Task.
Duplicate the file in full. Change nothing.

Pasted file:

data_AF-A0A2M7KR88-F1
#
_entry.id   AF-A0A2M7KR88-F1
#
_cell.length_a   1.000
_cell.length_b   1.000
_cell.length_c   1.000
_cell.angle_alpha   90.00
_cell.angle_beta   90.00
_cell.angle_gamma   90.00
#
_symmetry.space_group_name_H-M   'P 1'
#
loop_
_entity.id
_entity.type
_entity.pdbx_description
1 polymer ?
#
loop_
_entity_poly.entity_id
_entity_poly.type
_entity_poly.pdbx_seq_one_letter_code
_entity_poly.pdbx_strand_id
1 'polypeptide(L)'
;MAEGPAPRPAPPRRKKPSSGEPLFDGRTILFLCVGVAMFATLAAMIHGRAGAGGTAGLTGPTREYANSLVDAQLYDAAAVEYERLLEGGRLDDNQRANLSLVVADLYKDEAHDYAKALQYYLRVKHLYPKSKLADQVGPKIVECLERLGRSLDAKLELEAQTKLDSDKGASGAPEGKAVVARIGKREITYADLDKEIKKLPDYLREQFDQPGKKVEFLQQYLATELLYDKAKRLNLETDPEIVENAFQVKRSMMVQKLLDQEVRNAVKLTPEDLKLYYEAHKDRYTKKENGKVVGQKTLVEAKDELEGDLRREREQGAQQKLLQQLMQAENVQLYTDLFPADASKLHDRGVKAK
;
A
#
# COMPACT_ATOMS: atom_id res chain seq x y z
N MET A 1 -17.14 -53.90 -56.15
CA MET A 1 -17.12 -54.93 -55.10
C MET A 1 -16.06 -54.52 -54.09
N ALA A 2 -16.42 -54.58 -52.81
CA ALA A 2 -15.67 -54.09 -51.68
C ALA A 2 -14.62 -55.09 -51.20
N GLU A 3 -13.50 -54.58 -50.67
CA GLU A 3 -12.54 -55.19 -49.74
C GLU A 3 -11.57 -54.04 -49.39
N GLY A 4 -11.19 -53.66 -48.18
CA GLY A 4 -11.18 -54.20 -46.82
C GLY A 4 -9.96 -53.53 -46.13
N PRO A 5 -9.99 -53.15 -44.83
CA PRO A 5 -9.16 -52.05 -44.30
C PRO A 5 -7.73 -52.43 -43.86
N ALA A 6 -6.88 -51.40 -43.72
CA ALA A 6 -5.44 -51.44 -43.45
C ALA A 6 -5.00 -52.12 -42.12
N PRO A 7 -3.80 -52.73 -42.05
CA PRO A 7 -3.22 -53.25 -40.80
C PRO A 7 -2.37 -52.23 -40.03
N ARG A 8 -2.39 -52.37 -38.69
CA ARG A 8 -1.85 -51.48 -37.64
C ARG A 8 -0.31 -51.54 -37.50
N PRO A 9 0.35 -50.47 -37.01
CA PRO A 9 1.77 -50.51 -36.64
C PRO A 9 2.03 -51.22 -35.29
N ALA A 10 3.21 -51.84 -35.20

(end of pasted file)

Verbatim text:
data_AF-A0A2M7KR88-F1
#
_entry.id   AF-A0A2M7KR88-F1
#
_cell.length_a   1.000
_cell.length_b   1.000
_cell.length_c   1.000
_cell.angle_alpha   90.00
_cell.angle_beta   90.00
_cell.angle_gamma   90.00
#
_symmetry.space_group_name_H-M   'P 1'
#
loop_
_entity.id
_entity.type
_entity.pdbx_description
1 polymer ?
#
loop_
_entity_poly.entity_id
_entity_poly.type
_entity_poly.pdbx_seq_one_letter_code
_entity_poly.pdbx_strand_id
1 'polypeptide(L)'
;MAEGPAPRPAPPRRKKPSSGEPLFDGRTILFLCVGVAMFATLAAMIHGRAGAGGTAGLTGPTREYANSLVDAQLYDAAAVEYERLLEGGRLDDNQRANLSLVVADLYKDEAHDYAKALQYYLRVKHLYPKSKLADQVGPKIVECLERLGRSLDAKLELEAQTKLDSDKGASGAPEGKAVVARIGKREITYADLDKEIKKLPDYLREQFDQPGKKVEFLQQYLATELLYDKAKRLNLETDPEIVENAFQVKRSMMVQKLLDQEVRNAVKLTPEDLKLYYEAHKDRYTKKENGKVVGQKTLVEAKDELEGDLRREREQGAQQKLLQQLMQAENVQLYTDLFPADASKLHDRGVKAK
;
A
#
# COMPACT_ATOMS: atom_id res chain seq x y z
N MET A 1 -17.14 -53.90 -56.15
CA MET A 1 -17.12 -54.93 -55.10
C MET A 1 -16.06 -54.52 -54.09
N ALA A 2 -16.42 -54.58 -52.81
CA ALA A 2 -15.67 -54.09 -51.68
C ALA A 2 -14.62 -55.09 -51.20
N GLU A 3 -13.50 -54.58 -50.67
CA GLU A 3 -12.54 -55.19 -49.74
C GLU A 3 -11.57 -54.04 -49.39
N GLY A 4 -11.19 -53.66 -48.18
CA GLY A 4 -11.18 -54.20 -46.82
C GLY A 4 -9.96 -53.53 -46.13
N PRO A 5 -9.99 -53.15 -44.83
CA PRO A 5 -9.16 -52.05 -44.30
C PRO A 5 -7.73 -52.43 -43.86
N ALA A 6 -6.88 -51.40 -43.72
CA ALA A 6 -5.44 -51.44 -43.45
C ALA A 6 -5.00 -52.12 -42.12
N PRO A 7 -3.80 -52.73 -42.05
CA PRO A 7 -3.22 -53.25 -40.80
C PRO A 7 -2.37 -52.23 -40.03
N ARG A 8 -2.39 -52.37 -38.69
CA ARG A 8 -1.85 -51.48 -37.64
C ARG A 8 -0.31 -51.54 -37.50
N PRO A 9 0.35 -50.47 -37.01
CA PRO A 9 1.77 -50.51 -36.64
C PRO A 9 2.03 -51.22 -35.29
N ALA A 10 3.21 -51.84 -35.20